These roadmap goals are derived from attributes of successful solar communities nationwide, along with input from industry experts. Each goal represents a step toward making solar easier and more cost effective for all residents within the community. Your specific roadmap has been customized using the attributes that are relevant at the city-level in the local solar market.

Expand each focus area below to show its related goals, and click the 'Take Action' button to access the relevant resources designed to help you achieve these goals.

showPermitting Process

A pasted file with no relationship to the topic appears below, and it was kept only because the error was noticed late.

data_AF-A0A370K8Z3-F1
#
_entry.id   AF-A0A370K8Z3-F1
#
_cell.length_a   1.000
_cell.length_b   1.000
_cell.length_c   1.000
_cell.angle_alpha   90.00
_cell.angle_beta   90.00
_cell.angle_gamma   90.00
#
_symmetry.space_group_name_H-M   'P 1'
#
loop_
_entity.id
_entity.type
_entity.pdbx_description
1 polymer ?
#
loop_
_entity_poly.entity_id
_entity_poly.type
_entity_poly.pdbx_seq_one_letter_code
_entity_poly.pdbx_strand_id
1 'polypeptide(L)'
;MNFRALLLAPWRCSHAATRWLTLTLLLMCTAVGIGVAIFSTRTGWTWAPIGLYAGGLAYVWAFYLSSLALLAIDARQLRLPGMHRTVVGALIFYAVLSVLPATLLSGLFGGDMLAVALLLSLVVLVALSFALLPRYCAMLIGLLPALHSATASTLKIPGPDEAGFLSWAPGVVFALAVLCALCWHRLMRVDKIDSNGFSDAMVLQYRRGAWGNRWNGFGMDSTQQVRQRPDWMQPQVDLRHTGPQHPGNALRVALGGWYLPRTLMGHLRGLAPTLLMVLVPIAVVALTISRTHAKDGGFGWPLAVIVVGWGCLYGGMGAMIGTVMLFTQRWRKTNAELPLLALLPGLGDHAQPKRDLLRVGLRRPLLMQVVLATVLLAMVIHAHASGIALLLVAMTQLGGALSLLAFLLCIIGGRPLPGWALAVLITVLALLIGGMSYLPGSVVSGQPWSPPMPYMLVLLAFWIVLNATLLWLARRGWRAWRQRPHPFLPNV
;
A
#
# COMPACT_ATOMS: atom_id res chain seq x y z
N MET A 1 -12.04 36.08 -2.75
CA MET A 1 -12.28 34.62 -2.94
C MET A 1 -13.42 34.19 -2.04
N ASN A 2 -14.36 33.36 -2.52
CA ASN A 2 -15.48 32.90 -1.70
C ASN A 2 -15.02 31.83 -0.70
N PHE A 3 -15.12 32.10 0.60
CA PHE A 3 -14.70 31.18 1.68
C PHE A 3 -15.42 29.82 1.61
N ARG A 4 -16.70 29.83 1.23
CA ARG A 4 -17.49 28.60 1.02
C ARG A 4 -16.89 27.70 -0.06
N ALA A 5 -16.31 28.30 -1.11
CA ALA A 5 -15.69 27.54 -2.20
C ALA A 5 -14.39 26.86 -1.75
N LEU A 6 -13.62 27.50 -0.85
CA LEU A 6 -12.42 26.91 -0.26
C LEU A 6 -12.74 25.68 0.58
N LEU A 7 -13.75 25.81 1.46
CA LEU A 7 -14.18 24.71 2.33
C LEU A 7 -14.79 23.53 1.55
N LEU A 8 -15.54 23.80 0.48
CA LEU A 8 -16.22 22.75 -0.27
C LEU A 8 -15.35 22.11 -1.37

Current Progress:
5 of 15 goals achieved
33%7%
Planned
Local Priority

[P1-CA] (AB2188 Mandate) Use Standard Permit Application Materials Specific to PV Systems(32)

There is a standard building permit application form, but nothing specific to PV currently.

Standard application is available for systems <10kW. Using common permit materials, such as checklists and standard plans, across a region reduces permit submittal errors among contractors.

[P2-CA] (AB2188 Mandate) Make Permit Application Form Available Online(4)

Building permit application forms are available online, though no PV specific forms are currently in use.

If a standard PV application form is adopted per goal [P1], make the form available online in an easily accessible location.

[P3-CA] (AB2188 Mandate) Allow Electronic Submittal of Application Form(1)

Permit application can be submitted online or in-person, or sent via email or regular mail.

[P4] Require only 1 Permit Application Submittal(164)